Valdivia Vying For SB Mayor

San Bernardino City Councilman John Valdivia announced Thursday what was already widely recognized in political circles: He is running for mayor.
In making his announcement, he furthered and made official his challenge of incumbent San Bernardino Mayor Carey Davis, who announced in May that he is running for re-election in November 2018, which will be the first even-numbered year regular election for municipal office in San Bernardino since its original charter was approved in 1905.
That charter was supplanted by a new one approved by voters last year.
Both Valdivia and Davis stand ready to fight vigorously to stand at the top of the political heap in San Bernardino. While the mayoralty in the county seat and what still remains, though probably not for long, as the county’s most populous city was once considered a vaunted and enviable position, that is no longer the case. Over the last three decades, San Bernardino has earned a new reputation as one of the most dysfunctional municipalities in California and the nation. Consistently, San Bernardino has had a per capita murder rate that puts it at or near the top of any similarly sized city in the nation. And in 2012, it declared bankruptcy, making its exit from Chapter 9 protection just last month.
For Valdivia and Davis, their tenures in office have been overshadowed by the city’s challenges, negatives which both are seeking to transform into positive traction with voters. Davis, who has been given another year on his term as mayor as a consequence of the charter change, can make the claim that he guided the city during its extended exodus from bankruptcy, which was declared during the mayoralty of Patrick Morris, who preceded him in that position. In making his announcement, Valdivia used the J.C. Penney store in Inland Center Mall as the forum for kicking off the latest phase of his political career. The store reopened in 2016, an advance which Valdivia takes credit for. Since Norton Air Force Base was shuttered in 1994, San Bernardino has been on a downward economic spiral, with more and more businesses closing.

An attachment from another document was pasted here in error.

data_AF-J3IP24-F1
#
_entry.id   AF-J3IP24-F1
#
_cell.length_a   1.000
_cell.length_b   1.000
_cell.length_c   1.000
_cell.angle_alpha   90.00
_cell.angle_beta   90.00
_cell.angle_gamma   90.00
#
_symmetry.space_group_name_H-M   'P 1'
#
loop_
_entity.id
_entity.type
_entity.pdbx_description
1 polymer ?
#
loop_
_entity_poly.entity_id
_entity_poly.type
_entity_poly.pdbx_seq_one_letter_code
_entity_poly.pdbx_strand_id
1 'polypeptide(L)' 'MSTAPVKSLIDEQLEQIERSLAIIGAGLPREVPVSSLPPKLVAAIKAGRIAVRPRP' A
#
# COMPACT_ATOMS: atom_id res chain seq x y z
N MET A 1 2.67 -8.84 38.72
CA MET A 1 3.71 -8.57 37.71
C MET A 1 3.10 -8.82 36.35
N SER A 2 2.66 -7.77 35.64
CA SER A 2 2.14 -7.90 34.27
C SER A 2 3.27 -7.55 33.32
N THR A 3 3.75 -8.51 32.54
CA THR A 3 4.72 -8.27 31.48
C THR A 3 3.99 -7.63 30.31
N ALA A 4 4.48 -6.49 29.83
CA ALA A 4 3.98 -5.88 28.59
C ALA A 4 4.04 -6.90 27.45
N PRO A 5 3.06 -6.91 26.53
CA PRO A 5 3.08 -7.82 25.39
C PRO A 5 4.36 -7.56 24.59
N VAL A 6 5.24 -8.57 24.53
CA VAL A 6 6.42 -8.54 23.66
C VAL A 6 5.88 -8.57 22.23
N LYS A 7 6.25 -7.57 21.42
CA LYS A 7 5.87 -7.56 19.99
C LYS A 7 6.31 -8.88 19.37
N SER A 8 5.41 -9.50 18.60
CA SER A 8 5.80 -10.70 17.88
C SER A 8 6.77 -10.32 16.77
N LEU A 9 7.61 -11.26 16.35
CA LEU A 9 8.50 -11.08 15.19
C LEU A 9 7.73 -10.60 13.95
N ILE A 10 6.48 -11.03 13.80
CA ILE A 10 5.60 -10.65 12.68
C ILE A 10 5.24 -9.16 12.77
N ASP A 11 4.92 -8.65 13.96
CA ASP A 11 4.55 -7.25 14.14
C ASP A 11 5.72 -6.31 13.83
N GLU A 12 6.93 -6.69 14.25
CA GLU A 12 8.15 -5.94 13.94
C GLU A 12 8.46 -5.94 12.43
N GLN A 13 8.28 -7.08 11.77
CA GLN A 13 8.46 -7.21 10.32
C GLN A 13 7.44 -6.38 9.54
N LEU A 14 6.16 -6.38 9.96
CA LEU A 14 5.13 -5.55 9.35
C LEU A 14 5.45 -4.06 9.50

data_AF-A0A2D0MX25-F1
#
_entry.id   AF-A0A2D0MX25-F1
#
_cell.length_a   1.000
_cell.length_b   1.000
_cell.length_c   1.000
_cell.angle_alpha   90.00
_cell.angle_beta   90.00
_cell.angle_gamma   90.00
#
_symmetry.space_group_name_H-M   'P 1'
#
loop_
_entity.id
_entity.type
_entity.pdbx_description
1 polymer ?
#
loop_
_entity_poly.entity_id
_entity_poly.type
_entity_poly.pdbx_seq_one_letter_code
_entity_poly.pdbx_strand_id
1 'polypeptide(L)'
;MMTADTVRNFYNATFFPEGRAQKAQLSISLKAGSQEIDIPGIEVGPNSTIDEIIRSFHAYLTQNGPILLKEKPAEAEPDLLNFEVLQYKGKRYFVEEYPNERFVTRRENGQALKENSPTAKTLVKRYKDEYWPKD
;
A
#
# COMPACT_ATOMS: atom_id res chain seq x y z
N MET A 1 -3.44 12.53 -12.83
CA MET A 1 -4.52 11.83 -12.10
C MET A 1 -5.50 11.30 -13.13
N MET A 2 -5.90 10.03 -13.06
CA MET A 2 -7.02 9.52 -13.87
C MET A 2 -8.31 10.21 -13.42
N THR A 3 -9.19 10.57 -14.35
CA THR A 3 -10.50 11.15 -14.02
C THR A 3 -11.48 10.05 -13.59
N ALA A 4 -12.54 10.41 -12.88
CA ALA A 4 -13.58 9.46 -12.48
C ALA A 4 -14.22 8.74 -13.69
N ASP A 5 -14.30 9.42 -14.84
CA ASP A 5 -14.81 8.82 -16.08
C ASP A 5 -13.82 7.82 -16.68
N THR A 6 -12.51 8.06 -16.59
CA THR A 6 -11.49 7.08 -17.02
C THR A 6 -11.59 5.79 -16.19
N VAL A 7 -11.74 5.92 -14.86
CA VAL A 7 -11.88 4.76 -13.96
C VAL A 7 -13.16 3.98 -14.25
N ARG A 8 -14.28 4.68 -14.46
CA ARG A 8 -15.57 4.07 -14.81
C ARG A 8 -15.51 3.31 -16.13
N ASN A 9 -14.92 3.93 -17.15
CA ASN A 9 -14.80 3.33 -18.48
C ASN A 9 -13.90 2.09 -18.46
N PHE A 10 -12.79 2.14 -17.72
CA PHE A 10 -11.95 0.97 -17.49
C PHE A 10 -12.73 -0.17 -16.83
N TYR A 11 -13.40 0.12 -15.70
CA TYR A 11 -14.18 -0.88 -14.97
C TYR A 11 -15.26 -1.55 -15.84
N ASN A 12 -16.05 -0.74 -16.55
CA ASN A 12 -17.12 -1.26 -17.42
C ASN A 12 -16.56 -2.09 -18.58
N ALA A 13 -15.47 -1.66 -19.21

Valdivia holds himself out as the panacea to the city’s financial doldrums.
“San Bernardino needs new leadership with the capacity to unite our community, to engage our residents and attract employers, investors and resources that our community desperately seeks and deserves,” Valdivia said. “I want to serve as mayor to forge a path for success for the great community where I was born and raised. As a councilman, I fought hard to attract new jobs and improve city services in the 3rd Ward. As mayor, I will bring this same proven leadership to fight for all the residents of San Bernardino. There is no question that our senior citizens, our working families, our business community and those that have fallen on hard times need better city services. We need a mayor who is able to unite our community and engage residents to make San Bernardino the prosperous and safe city that it used to be.”
Supporting Valdivia in his bid are his council colleagues Benito Barrios, Henry Nickel and Bessine Richard.